Micah White, who has nearly 20 years of eLearning experience, is Director of Research & Development for CGS Enterprise Learning. His primary research focus is advanced technology for the authoring, publishing and visualization of multimedia and interactive learning content.  

Written by

Micah White


June 06, 2019

5 Ways Augmented Reality Impacts Your Daily Life

5 Ways AR Impacts Your Daily Life

How often do you encounter Augmented Reality (AR) on a daily basis? It may be a lot more common than you think. AR simply makes use of the existing environment you are in and creates a new layer of information on top of it. If you’re not familiar with the way AR is being used in the mainstream market today, you may be surprised by the five examples that we’ve highlighted in the story below.

1. Interactive Gaming

When it comes to daily AR users, the Pokémon Go app takes the gold. Based off of a playing card game that became popular in the 90s, this Nintendo gaming app skyrocketed in popularity when it was released as a free mobile app in 2016. Users simply downloaded the app to hunt for Pokémon characters in their everyday surroundings. The app uses your GPS data to determine where you are and reveal the virtual characters within your real world. Pokémon Go had 60 million active users in 2017 and accounted for 84 percent of the entire mobile AR consumer spending that year.

In the near future, mainstream video game fans will be able to join their friends in an alternate reality through AR facial recognition and be able to speak with their teammates through digital puppetry. By reading and analyzing a player’s face, this technology can replicate your body as a character within the video. You will be able to have a virtual representation of yourself within the same virtual realm as your teammates all with the help of headsets, glasses or visors. This concept was demonstrated in Spielberg’s sci-fi film, Ready Player One.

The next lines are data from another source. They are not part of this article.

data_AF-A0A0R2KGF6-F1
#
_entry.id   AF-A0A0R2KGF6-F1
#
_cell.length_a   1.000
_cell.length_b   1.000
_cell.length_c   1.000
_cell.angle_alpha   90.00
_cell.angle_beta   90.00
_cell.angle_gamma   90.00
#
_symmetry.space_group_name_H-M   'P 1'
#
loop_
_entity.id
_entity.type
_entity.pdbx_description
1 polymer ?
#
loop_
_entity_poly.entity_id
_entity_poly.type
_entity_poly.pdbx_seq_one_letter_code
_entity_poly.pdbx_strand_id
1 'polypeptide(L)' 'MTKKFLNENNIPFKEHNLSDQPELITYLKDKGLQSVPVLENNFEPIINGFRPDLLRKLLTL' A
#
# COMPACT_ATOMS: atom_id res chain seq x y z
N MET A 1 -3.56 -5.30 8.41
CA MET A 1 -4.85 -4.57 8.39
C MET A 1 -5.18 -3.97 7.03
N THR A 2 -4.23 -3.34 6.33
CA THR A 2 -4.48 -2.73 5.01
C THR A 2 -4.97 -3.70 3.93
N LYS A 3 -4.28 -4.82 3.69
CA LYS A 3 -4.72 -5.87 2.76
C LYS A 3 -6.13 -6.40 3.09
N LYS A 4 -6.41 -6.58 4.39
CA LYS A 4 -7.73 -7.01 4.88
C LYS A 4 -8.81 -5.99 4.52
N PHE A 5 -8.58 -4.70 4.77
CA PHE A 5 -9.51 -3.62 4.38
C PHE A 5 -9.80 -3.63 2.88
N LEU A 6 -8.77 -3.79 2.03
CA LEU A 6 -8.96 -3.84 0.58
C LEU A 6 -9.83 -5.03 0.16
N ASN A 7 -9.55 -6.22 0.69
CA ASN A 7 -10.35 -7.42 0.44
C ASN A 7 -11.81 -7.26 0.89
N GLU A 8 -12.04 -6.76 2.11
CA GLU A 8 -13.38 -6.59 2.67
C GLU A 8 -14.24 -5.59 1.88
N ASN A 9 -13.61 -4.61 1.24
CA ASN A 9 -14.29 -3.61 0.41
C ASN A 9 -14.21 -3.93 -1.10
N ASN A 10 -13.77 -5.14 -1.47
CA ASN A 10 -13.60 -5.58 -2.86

2. Data-Driven Sports Broadcasting

These days there’s no shortage of AR on a field, rink, court or turf when it comes to live action sports. These were some of the first applications of AR praised by mainstream consumers. The goal behind AR in sports broadcasting was to increase viewership by providing additional information during a game. In this case, AR applies 3D graphics and interactive visual elements on top of the live video footage of the game. It’s just another way to visualize the trajectories of a ball, puck, or a player with the help of lines and curves. This tool helps the audience see close calls, fouls and record-breaking achievements in a much more detailed way than ever before.

As a result,  companies are investing in AR research and development to enhance how individuals can experience the same AR views at home that they see at the stadium. There is also a significant development in legal e-sport gambling. This would allow someone to see a player’s stats such as the historical performance in order to do professional betting.

3. More Efficient and Engaging Shopping

Another common use of AR in our everyday lives is during the home buying process. Using a “virtual tours” option, prospective homebuyers can often view a property from the comfort of their desktop computer or mobile device before making the trek to see the home in-person. These clients can also use furniture placement apps like Houzz and DecorMatters to see how they would furnish one of their potential homes. In fact, IKEA is leading the charge in this respect using a digital furniture placement app called IKEA Place that also allows you to virtually “try before you buy.”